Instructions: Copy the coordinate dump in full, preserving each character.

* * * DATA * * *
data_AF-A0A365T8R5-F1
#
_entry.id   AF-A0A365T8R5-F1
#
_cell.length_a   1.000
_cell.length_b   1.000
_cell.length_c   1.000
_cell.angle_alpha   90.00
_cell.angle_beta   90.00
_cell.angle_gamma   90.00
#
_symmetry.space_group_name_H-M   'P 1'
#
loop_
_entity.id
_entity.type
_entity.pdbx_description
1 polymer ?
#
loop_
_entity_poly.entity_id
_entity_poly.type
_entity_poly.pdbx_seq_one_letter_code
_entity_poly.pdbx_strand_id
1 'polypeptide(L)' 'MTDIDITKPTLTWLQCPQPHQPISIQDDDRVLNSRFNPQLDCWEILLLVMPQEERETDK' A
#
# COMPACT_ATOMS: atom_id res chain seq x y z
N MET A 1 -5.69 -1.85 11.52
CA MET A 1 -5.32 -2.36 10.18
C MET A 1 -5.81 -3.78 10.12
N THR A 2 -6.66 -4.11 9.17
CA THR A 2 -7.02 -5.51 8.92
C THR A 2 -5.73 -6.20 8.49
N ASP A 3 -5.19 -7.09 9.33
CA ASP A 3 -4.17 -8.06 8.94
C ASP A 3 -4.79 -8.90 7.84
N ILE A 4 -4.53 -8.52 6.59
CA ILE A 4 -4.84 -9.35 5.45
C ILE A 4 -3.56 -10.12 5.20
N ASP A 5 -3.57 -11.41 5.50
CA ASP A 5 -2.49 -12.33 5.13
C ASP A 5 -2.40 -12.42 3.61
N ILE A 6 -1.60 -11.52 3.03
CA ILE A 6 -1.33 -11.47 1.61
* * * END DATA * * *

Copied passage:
data_AF-A0A365T8R5-F1
#
_entry.id   AF-A0A365T8R5-F1
#
_cell.length_a   1.000
_cell.length_b   1.000
_cell.length_c   1.000
_cell.angle_alpha   90.00
_cell.angle_beta   90.00
_cell.angle_gamma   90.00
#
_symmetry.space_group_name_H-M   'P 1'
#
loop_
_entity.id
_entity.type
_entity.pdbx_description
1 polymer ?
#
loop_
_entity_poly.entity_id
_entity_poly.type
_entity_poly.pdbx_seq_one_letter_code
_entity_poly.pdbx_strand_id
1 'polypeptide(L)' 'MTDIDITKPTLTWLQCPQPHQPISIQDDDRVLNSRFNPQLDCWEILLLVMPQEERETDK' A
#
# COMPACT_ATOMS: atom_id res chain seq x y z
N MET A 1 -5.69 -1.85 11.52
CA MET A 1 -5.32 -2.36 10.18
C MET A 1 -5.81 -3.78 10.12
N THR A 2 -6.66 -4.11 9.17
CA THR A 2 -7.02 -5.51 8.92
C THR A 2 -5.73 -6.20 8.49
N ASP A 3 -5.19 -7.09 9.33
CA ASP A 3 -4.17 -8.06 8.94
C ASP A 3 -4.79 -8.90 7.84
N ILE A 4 -4.53 -8.52 6.59
CA ILE A 4 -4.84 -9.35 5.45
C ILE A 4 -3.56 -10.12 5.20
N ASP A 5 -3.57 -11.41 5.50
CA ASP A 5 -2.49 -12.33 5.13
C ASP A 5 -2.40 -12.42 3.61
N ILE A 6 -1.60 -11.52 3.03
CA ILE A 6 -1.33 -11.47 1.61